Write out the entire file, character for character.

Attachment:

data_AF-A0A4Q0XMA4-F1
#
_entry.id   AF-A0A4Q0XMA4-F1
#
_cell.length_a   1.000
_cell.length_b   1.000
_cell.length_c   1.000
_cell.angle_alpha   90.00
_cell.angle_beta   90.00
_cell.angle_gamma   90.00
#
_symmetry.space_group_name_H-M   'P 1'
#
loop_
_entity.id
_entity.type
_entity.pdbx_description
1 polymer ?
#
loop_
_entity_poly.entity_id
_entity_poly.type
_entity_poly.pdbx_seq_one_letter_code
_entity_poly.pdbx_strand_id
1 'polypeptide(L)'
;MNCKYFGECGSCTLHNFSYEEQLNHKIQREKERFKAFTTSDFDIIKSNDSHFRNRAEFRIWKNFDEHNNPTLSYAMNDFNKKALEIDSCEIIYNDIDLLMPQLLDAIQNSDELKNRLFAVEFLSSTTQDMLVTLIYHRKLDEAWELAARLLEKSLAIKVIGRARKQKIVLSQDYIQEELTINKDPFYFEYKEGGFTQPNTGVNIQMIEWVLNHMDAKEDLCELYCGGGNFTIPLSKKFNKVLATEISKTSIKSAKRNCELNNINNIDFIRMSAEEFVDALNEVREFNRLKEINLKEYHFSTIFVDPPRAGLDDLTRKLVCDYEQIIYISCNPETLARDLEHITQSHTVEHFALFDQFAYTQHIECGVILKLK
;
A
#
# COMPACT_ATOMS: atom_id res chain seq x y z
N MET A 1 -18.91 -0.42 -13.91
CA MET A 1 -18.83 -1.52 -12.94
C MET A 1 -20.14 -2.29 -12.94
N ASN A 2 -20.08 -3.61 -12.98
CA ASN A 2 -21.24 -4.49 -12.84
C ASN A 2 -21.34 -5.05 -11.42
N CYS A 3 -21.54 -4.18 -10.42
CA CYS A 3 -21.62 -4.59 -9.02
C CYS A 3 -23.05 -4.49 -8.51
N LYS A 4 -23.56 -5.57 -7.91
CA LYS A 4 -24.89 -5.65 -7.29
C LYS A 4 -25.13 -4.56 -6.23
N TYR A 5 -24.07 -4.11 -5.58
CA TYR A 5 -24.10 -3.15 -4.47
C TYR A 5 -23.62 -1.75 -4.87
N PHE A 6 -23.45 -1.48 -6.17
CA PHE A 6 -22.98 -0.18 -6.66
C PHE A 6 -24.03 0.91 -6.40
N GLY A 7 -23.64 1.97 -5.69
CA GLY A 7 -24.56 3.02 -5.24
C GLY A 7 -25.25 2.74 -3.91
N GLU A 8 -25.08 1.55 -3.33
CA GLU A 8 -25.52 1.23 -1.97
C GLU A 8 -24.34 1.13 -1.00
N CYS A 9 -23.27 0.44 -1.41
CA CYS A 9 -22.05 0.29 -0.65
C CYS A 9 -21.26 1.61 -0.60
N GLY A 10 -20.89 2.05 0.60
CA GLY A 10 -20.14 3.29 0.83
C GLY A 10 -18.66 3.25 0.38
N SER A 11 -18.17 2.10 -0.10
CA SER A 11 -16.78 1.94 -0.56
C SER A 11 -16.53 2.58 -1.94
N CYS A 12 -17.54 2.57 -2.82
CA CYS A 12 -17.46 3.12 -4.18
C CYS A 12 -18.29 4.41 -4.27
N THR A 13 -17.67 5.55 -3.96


data_AF-A0A4Q0XMA4-F1
#
_entry.id   AF-A0A4Q0XMA4-F1
#
_cell.length_a   1.000
_cell.length_b   1.000
_cell.length_c   1.000
_cell.angle_alpha   90.00
_cell.angle_beta   90.00
_cell.angle_gamma   90.00
#
_symmetry.space_group_name_H-M   'P 1'
#
loop_
_entity.id
_entity.type
_entity.pdbx_description
1 polymer ?
#
loop_
_entity_poly.entity_id
_entity_poly.type
_entity_poly.pdbx_seq_one_letter_code
_entity_poly.pdbx_strand_id
1 'polypeptide(L)'
;MNCKYFGECGSCTLHNFSYEEQLNHKIQREKERFKAFTTSDFDIIKSNDSHFRNRAEFRIWKNFDEHNNPTLSYAMNDFNKKALEIDSCEIIYNDIDLLMPQLLDAIQNSDELKNRLFAVEFLSSTTQDMLVTLIYHRKLDEAWELAARLLEKSLAIKVIGRARKQKIVLSQDYIQEELTINKDPFYFEYKEGGFTQPNTGVNIQMIEWVLNHMDAKEDLCELYCGGGNFTIPLSKKFNKVLATEISKTSIKSAKRNCELNNINNIDFIRMSAEEFVDALNEVREFNRLKEINLKEYHFSTIFVDPPRAGLDDLTRKLVCDYEQIIYISCNPETLARDLEHITQSHTVEHFALFDQFAYTQHIECGVILKLK
;
A
#
# COMPACT_ATOMS: atom_id res chain seq x y z
N MET A 1 -18.91 -0.42 -13.91
CA MET A 1 -18.83 -1.52 -12.94
C MET A 1 -20.14 -2.29 -12.94
N ASN A 2 -20.08 -3.61 -12.98
CA ASN A 2 -21.24 -4.49 -12.84
C ASN A 2 -21.34 -5.05 -11.42
N CYS A 3 -21.54 -4.18 -10.42
CA CYS A 3 -21.62 -4.59 -9.02
C CYS A 3 -23.05 -4.49 -8.51
N LYS A 4 -23.56 -5.57 -7.91
CA LYS A 4 -24.89 -5.65 -7.29
C LYS A 4 -25.13 -4.56 -6.23
N TYR A 5 -24.07 -4.11 -5.58
CA TYR A 5 -24.10 -3.15 -4.47
C TYR A 5 -23.62 -1.75 -4.87
N PHE A 6 -23.45 -1.48 -6.17
CA PHE A 6 -22.98 -0.18 -6.66
C PHE A 6 -24.03 0.91 -6.40
N GLY A 7 -23.64 1.97 -5.69
CA GLY A 7 -24.56 3.02 -5.24
C GLY A 7 -25.25 2.74 -3.91
N GLU A 8 -25.08 1.55 -3.33
CA GLU A 8 -25.52 1.23 -1.97
C GLU A 8 -24.34 1.13 -1.00
N CYS A 9 -23.27 0.44 -1.41
CA CYS A 9 -22.05 0.29 -0.65
C CYS A 9 -21.26 1.61 -0.60
N GLY A 10 -20.89 2.05 0.60
CA GLY A 10 -20.14 3.29 0.83
C GLY A 10 -18.66 3.25 0.38
N SER A 11 -18.17 2.10 -0.10
CA SER A 11 -16.78 1.94 -0.56
C SER A 11 -16.53 2.58 -1.94
N CYS A 12 -17.54 2.57 -2.82
CA CYS A 12 -17.46 3.12 -4.18
C CYS A 12 -18.29 4.41 -4.27
N THR A 13 -17.67 5.55 -3.96